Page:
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PEOPLE AT WORK: Leaving the ROOST

Rielly takes on new challenges at Depot Theatre

December 1, 2017
By GRIFFIN KELLY - Staff Writer (gkelly@adirondackdailyenterprise.com) , Lake Placid News

LAKE PLACID - Kim Rielly, who's been in the communications business for more than 20 years, was recently hired as the new executive director at the Depot Theatre in her home town of Westport. The Depot Theatre is a nonprofit theater operating out of a still functioning train station.

Prior to this, Rielly worked as the director of communications at the Regional Office of Sustainable Tourism in Lake Placid.

Rielly is familiar with the Depot Theatre, having been a volunteer board of trustees member and a former president of the board.

Article Photos

Kim Rielly
(Photo provided)

"I have good knowledge of what it takes to run a professional theater in the Adirondacks," Reilly said.

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A day at ROOST

Rielly said one of the things she enjoyed the most about working at ROOST was the day-to-day variety.

"There was never a typical work day at ROOST," Rielly said. "Because the organization is responsible for three counties of the Adirondacks, the scope and scale the work could be writing a press release on behalf of ROOST about an event, attending a meeting for one of our communities throughout the region to talk about marketing opportunities, writing a blog or going out hiking to write about it. It could be any of those things."

With all the press releases and content ROOST produced each day, Rielly would also spend a lot time creating brand awareness.

"We have a lot of content for websites that represent all the destinations," she said, "so there was always quite a lot of copywriting to do in addition to the communication and media relations aspect. It kept us on our toes; that's for sure."

With ever-changing technology and a new way a delivering content to the media, Rielly said being able to narrate personal experiences was one of her favorite parts of working at ROOST. She enjoyed being a part of the evolution of that marketing tool.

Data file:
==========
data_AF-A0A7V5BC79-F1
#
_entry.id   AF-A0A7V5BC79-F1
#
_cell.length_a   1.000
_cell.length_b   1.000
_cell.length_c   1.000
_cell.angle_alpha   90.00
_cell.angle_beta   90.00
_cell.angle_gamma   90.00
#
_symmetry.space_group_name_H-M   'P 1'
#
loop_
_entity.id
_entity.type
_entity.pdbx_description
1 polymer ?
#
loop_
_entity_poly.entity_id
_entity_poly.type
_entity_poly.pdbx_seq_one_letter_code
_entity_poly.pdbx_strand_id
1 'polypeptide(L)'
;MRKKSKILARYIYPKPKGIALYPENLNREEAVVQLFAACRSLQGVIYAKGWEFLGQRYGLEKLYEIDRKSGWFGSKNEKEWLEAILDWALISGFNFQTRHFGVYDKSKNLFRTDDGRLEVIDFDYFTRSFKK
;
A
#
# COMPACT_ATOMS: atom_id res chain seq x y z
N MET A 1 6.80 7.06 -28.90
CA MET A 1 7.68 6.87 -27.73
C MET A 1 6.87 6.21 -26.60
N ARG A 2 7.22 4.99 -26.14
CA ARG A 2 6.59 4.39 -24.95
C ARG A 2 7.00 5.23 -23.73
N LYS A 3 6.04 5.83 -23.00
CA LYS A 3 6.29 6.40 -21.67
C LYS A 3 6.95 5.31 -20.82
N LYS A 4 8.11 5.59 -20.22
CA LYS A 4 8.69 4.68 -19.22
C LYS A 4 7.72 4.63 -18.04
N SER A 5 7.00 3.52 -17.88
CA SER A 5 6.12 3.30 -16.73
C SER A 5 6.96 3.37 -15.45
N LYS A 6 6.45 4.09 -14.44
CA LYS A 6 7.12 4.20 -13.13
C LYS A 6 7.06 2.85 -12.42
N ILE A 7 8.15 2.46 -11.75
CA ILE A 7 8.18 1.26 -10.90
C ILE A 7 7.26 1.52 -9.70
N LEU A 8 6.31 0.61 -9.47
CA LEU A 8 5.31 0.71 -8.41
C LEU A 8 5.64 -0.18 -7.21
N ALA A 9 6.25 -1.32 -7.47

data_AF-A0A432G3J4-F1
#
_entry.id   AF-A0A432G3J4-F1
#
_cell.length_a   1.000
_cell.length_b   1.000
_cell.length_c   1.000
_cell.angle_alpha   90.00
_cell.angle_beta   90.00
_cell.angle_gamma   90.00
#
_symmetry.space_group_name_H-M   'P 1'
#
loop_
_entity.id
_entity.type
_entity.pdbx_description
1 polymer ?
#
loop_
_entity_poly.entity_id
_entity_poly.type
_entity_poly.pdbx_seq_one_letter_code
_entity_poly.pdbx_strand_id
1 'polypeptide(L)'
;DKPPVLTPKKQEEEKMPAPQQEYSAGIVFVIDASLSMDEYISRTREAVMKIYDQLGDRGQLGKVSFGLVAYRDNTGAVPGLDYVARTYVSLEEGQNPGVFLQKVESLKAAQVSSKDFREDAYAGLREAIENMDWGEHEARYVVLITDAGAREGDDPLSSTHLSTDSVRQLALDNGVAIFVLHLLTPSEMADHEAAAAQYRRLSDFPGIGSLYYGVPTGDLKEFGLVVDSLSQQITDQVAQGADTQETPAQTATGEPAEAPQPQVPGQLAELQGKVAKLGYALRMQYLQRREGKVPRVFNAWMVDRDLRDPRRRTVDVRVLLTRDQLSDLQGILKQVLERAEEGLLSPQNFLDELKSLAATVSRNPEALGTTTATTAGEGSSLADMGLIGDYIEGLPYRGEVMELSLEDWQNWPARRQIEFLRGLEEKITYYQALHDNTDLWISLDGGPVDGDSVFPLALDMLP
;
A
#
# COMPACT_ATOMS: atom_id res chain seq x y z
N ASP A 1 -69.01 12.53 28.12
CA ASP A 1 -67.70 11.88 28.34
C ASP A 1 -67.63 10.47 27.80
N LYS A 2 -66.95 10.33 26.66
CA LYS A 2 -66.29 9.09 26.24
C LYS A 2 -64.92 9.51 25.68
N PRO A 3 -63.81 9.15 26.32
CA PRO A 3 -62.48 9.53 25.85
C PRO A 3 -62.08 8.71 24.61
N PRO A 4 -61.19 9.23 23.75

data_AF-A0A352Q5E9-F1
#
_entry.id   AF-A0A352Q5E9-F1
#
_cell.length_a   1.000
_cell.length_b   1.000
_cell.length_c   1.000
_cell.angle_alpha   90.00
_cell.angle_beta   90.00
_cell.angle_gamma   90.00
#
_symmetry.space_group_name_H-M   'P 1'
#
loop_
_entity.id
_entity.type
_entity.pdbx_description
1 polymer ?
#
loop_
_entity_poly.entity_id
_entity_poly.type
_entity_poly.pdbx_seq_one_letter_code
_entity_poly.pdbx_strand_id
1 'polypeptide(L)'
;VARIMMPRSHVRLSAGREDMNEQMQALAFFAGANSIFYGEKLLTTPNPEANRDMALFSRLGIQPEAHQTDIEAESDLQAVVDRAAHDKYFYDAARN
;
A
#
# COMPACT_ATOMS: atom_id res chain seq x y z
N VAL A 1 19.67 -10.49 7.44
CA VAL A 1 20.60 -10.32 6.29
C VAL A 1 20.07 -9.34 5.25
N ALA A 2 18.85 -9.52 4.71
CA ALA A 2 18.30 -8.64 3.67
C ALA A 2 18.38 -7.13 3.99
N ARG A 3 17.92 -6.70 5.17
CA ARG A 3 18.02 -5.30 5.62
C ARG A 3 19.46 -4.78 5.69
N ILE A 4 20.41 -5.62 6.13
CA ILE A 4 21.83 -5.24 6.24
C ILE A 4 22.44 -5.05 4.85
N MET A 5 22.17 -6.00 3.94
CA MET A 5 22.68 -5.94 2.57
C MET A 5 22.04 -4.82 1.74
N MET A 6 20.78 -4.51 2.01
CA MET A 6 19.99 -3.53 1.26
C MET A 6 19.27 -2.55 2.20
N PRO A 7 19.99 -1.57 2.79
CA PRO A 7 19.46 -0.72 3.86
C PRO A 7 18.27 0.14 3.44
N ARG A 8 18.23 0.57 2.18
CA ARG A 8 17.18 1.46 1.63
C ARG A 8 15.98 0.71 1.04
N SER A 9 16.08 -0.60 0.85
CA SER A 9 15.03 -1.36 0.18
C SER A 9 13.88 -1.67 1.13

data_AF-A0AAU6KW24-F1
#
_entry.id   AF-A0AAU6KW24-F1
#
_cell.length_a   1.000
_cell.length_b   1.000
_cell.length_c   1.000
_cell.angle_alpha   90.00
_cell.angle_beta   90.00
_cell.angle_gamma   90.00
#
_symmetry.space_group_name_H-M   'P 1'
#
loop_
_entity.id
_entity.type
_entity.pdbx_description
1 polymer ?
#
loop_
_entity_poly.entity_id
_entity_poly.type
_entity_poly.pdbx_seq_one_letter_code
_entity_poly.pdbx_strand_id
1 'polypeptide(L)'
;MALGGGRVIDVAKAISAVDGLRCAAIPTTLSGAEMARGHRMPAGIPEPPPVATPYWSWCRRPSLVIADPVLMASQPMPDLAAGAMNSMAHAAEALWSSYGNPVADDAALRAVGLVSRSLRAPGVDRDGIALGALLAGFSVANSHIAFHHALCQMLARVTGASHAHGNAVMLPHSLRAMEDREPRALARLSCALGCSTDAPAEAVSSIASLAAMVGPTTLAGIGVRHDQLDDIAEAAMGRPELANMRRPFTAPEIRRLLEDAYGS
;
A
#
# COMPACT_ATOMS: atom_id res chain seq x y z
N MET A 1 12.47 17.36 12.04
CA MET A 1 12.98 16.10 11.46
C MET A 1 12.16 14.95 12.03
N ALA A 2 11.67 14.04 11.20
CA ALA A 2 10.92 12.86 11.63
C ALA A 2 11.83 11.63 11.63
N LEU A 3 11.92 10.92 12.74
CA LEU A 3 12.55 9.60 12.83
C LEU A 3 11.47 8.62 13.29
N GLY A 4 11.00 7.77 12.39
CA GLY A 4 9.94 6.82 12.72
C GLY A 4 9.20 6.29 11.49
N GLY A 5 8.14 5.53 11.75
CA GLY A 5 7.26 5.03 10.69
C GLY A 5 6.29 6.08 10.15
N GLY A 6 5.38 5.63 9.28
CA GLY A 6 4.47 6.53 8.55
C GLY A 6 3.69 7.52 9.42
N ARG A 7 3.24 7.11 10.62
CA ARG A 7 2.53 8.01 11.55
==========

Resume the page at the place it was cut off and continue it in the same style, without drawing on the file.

"What I really like best," she said, "was the storytelling aspect because with the new blog format that exists as opposed to traditional press releases. It's cool to go out and experience the Adirondacks that we all live in and recreate in and then write about it in first-person view."

Rielly was honored to have worked at ROOST and valued being able to help many towns in the adirondacks.

"I'm proud to have been part of promoting the greater Adirondacks to travelers and supporting ROOST in creating, what we say, 'sustainable tourism economy' for the region," she said. "It's been great having a direct hand in the economic viability in some of our communities because some are tourism dependent."

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A day at the Depot

From the start, one of the first things Rielly appreciated about working at the Depot Theatre was the history that comes with it.

"The train comes twice a day," Rielly said. "It's interesting, sitting in a historic train depot and looking out the window at the tracks. The southbound train just left with all the Skate America people. It's neat to be one of the main corridors to the rest of the region."

The waiting room where passengers stay is also the waiting room for audience members, at different times of the day, and the freight room is where the shows take place.

Rielly works on a three-person team with Box Office Director Katie Sheppard and Production Director Kevin Cochran. Her job as executive director deals with comprehensive theater management. She oversees staffing, budgeting, marketing, audience development and community relations.

"There's also fundraising, which is going to be a great challenge for me," she said, "but, as I've learned, fundraising is really about relationships and community development. That's something I've been doing for years in my role of communications."

This is the Depot's first occasion having a full-time executive director, a change that Rielly and the rest of the staff hope will develop new and long term programs for the theater.

"The hope is that when I get up to speed, we can increase some of our education programming for children and maybe do some year round programming in general," she said

This upcoming season marks the 40th anniversary for the Depot Theatre. Rielly said the timing couldn't have been better to fill the position.

"I think it's going to be exciting to celebrate that past with a lot of archives and materials from the past 40 years," she said, "but also to look to a promising future.

As far as upcoming shows at the Depot Theatre, Rielly said the season's performances haven't been released yet, but there's sure to be some crowd pleasers.

Rielly said the experience she's gained over the years and at ROOST will allow her to focus her efforts on a much more local level.

"I'm looking forward to being an active participant in my hometown, as well as being part of the greater region's robust art community," she said. "There's quite a wealth of arts and culture institutions throughout the region. I'm familiar with them all because of my old job, and I get to work closely with them in my new job."

 
 

 

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